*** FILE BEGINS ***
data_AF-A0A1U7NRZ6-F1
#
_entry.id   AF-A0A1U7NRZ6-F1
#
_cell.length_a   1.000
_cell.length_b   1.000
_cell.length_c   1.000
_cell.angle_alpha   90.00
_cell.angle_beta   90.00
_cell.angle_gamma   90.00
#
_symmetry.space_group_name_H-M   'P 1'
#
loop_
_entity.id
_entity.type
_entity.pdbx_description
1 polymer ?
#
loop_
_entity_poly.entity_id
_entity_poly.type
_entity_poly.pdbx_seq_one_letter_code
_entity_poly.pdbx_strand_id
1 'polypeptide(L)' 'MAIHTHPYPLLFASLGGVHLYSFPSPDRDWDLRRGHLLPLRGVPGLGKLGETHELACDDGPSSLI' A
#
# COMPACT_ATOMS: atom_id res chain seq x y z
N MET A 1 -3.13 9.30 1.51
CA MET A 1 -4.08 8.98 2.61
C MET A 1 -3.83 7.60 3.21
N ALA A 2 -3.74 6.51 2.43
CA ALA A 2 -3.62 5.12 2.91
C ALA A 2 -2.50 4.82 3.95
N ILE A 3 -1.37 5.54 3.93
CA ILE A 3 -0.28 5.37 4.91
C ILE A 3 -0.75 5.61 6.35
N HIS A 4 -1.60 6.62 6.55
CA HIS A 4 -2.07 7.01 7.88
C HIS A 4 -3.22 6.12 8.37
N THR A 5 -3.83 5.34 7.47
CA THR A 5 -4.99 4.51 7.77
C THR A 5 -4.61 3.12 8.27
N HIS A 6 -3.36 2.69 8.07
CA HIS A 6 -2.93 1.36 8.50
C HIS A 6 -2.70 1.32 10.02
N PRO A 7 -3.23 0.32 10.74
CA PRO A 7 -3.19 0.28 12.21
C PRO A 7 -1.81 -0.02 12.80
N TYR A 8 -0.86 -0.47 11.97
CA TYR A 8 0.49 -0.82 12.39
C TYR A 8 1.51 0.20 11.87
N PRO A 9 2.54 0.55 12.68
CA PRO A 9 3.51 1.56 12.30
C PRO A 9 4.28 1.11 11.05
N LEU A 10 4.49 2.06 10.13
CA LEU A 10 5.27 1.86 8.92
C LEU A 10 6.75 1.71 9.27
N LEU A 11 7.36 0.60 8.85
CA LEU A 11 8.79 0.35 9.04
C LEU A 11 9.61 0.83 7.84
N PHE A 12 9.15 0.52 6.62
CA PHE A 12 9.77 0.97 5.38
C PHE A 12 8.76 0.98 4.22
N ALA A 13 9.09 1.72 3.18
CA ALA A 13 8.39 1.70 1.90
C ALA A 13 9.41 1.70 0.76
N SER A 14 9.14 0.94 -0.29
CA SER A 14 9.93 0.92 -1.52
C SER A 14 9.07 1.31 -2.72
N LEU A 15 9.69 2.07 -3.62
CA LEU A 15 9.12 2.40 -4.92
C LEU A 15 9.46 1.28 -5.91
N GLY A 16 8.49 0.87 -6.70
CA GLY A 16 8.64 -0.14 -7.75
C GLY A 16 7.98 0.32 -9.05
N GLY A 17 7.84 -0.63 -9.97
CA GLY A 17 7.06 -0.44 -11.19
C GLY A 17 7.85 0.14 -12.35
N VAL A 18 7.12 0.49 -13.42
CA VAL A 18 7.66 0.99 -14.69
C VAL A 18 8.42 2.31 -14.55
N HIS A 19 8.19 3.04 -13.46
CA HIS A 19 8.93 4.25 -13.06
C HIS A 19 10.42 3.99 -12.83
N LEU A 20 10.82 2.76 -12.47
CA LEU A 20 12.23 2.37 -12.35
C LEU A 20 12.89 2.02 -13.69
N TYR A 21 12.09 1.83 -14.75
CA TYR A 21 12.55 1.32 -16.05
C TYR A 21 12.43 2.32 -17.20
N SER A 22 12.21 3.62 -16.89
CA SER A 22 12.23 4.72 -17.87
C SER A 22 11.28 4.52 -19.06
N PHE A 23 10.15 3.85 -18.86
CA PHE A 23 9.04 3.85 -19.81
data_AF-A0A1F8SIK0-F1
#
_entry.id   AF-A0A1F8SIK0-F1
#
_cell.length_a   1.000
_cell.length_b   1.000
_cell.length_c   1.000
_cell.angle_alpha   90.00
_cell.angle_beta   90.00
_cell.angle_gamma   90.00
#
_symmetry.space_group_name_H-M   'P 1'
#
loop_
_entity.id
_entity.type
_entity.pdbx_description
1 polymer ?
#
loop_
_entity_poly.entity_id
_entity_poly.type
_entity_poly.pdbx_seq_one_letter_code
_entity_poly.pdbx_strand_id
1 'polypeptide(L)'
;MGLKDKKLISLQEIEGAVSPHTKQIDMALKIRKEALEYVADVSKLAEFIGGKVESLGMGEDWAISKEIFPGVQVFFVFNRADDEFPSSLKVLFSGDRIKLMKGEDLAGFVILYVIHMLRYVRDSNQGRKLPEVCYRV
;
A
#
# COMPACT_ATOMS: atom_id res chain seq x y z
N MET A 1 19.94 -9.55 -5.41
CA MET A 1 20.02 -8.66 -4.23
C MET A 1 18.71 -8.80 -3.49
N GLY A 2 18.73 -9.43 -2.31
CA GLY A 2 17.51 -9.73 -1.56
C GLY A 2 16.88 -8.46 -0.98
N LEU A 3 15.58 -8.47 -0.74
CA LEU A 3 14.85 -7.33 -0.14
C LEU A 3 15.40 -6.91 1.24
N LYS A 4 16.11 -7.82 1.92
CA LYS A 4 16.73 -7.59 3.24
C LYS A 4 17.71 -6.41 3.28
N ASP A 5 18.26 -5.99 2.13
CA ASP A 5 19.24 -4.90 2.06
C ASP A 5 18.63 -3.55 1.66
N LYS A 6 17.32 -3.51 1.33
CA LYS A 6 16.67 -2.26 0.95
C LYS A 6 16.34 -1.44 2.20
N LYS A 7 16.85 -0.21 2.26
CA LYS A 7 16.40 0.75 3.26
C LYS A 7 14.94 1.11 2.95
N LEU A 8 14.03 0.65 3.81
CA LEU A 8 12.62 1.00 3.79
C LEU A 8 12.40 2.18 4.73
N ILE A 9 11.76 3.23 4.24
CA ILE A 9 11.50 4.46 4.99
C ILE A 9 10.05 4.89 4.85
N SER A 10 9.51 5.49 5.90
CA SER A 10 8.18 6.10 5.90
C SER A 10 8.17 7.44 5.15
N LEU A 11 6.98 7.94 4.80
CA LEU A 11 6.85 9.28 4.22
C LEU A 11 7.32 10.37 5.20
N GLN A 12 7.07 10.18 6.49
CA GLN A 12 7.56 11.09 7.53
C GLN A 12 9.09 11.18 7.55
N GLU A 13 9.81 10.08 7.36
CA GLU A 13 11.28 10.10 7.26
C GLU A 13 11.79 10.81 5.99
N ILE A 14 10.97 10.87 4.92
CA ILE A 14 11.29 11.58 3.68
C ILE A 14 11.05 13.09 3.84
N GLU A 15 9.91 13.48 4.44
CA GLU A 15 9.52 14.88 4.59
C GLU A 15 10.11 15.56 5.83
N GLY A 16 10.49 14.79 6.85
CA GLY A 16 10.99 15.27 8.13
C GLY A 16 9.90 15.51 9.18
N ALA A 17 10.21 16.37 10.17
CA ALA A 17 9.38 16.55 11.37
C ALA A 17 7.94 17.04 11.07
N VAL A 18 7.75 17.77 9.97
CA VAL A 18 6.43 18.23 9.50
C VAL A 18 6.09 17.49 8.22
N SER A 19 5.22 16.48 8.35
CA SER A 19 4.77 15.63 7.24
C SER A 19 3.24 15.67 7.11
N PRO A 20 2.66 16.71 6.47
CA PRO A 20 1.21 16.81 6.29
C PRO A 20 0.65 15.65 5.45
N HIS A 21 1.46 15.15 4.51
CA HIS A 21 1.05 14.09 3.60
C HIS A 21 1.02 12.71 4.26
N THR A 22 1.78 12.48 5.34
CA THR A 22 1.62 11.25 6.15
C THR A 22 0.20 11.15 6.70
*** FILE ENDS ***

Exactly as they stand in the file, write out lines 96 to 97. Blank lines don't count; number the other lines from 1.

data_AF-A0A1F8SIK0-F1
#